There is no typical father in South Africa. There are many types of fathers and many types of fatherhood in the country. There are biological fathers, social fathers, gay fathers, straight fathers, young fathers, older fathers. We have self-identified fatherhood, ascribed fatherhood, long-distance fatherhood and proximal fatherhood, to name only a few. The texture is rich by age, race, class, geo-type, ethnicity or family type. Mothers, fathers and children experience a wide canvas of fatherhood portrayals. Such a richly textured canvas requires sensitivity that moves beyond simplistic interpretations.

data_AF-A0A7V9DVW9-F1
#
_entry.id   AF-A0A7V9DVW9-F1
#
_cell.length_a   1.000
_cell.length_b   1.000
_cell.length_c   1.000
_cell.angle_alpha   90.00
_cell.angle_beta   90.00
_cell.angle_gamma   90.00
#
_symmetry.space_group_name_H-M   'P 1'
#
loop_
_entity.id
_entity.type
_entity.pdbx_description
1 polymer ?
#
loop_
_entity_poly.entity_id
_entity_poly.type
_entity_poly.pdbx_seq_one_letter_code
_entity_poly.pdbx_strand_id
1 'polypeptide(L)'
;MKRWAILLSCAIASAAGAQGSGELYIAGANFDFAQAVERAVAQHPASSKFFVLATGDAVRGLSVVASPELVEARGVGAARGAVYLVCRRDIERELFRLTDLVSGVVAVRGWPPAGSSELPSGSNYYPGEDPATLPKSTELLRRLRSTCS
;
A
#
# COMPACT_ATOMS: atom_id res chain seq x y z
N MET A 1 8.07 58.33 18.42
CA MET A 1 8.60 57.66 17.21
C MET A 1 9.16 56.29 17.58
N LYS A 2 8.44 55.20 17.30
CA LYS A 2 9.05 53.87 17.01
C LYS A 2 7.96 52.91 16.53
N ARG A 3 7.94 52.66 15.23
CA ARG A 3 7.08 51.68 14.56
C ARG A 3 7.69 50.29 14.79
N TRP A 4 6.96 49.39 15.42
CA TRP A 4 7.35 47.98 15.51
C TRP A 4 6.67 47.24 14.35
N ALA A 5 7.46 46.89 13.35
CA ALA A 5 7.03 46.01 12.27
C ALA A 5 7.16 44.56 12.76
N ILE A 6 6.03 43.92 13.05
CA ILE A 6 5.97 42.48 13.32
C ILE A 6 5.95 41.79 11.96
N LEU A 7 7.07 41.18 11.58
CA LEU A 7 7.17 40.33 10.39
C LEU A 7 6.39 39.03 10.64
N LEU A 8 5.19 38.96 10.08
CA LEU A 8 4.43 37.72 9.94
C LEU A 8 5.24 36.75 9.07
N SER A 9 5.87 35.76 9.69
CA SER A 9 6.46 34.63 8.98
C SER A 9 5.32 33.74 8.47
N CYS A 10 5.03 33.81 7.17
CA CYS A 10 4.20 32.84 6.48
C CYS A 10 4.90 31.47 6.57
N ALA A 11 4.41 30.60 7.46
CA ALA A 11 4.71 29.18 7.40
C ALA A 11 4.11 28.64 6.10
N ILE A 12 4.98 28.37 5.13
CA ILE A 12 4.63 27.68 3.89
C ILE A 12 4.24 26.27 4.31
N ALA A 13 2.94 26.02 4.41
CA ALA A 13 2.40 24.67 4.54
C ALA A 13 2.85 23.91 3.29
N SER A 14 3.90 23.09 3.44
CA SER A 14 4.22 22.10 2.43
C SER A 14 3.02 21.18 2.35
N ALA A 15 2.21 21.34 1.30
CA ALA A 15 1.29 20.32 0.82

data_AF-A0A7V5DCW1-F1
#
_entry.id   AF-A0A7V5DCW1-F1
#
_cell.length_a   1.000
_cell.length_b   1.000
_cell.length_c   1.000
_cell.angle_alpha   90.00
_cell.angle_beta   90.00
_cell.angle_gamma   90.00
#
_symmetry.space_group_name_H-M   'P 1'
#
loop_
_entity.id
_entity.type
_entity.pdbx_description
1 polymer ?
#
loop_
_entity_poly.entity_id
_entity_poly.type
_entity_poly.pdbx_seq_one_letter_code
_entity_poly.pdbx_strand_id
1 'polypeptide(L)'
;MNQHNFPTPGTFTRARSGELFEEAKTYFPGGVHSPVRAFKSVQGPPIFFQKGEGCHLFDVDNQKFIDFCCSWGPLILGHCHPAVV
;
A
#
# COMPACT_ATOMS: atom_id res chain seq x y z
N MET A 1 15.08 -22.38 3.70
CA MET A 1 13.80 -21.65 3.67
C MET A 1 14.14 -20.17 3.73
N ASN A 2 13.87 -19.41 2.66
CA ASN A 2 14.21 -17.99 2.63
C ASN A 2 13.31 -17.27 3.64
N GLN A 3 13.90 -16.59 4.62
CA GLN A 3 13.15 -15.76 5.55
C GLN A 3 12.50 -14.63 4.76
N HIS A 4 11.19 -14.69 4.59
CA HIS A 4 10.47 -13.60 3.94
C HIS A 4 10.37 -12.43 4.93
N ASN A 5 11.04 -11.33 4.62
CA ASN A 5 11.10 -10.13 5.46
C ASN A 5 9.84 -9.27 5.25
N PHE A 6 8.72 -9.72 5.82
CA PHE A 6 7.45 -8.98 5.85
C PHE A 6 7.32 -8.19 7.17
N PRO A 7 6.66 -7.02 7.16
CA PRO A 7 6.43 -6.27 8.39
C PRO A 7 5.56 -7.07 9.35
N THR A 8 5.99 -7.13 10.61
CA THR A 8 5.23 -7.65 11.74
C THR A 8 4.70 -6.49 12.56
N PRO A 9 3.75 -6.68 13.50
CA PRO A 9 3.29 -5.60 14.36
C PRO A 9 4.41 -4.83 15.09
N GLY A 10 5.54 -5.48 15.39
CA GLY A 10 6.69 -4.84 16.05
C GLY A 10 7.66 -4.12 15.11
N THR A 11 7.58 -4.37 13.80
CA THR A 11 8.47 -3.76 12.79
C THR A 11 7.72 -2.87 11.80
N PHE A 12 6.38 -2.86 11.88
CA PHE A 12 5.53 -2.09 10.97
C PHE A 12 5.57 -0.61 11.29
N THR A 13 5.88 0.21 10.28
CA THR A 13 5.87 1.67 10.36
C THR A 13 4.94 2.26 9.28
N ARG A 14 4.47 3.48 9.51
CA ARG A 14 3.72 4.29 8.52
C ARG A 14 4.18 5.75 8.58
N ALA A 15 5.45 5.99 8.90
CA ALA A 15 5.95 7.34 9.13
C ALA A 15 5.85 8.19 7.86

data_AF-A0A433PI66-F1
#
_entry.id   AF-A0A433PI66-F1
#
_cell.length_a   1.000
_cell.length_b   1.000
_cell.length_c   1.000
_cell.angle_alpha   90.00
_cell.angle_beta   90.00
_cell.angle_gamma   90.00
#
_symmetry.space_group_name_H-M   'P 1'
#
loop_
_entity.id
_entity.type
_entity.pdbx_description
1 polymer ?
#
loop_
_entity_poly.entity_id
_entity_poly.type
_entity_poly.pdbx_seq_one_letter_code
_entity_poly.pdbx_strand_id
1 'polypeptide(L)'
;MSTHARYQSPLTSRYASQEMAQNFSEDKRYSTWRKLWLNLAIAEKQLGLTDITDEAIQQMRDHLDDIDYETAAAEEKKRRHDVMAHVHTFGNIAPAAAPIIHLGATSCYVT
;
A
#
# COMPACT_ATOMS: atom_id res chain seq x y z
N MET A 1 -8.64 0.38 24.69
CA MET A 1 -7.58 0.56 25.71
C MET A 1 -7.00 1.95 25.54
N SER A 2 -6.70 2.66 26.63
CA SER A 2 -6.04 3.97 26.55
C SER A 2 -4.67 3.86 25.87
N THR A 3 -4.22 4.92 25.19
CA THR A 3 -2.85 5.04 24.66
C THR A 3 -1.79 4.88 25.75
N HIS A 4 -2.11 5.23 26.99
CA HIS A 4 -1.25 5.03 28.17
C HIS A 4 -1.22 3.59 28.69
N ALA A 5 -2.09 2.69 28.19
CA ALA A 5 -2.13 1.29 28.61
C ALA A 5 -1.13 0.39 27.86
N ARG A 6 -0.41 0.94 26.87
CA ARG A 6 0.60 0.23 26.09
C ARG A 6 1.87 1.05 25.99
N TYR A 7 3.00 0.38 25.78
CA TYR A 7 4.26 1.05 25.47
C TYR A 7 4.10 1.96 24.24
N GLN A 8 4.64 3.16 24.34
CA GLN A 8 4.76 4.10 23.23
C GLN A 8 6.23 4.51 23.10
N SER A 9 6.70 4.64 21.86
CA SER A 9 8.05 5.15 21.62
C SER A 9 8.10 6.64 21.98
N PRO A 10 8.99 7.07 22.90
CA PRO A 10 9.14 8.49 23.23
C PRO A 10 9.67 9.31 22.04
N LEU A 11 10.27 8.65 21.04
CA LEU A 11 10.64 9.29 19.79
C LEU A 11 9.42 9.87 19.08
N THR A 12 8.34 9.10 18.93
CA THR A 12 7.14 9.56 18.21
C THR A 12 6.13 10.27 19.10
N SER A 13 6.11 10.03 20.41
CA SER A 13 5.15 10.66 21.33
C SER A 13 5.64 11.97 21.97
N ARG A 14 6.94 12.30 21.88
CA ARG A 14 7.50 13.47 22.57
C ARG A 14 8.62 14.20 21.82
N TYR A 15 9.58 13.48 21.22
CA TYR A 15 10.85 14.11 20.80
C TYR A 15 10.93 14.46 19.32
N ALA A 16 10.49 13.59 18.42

This report introduces the history of fatherhood research in South Africa, and of key moments about fatherhood in the country to date; it provides a description of the state of fathers in South Africa in the overview, and then examines fatherhood in the first 1,000 days of a child’s life. The report explicitly uses an appreciative approach to document the importance of fatherhood for children, families and society by focusing on positive examples, and gives an opportunity for new voices to join the community of researchers, activists and others working on fatherhood.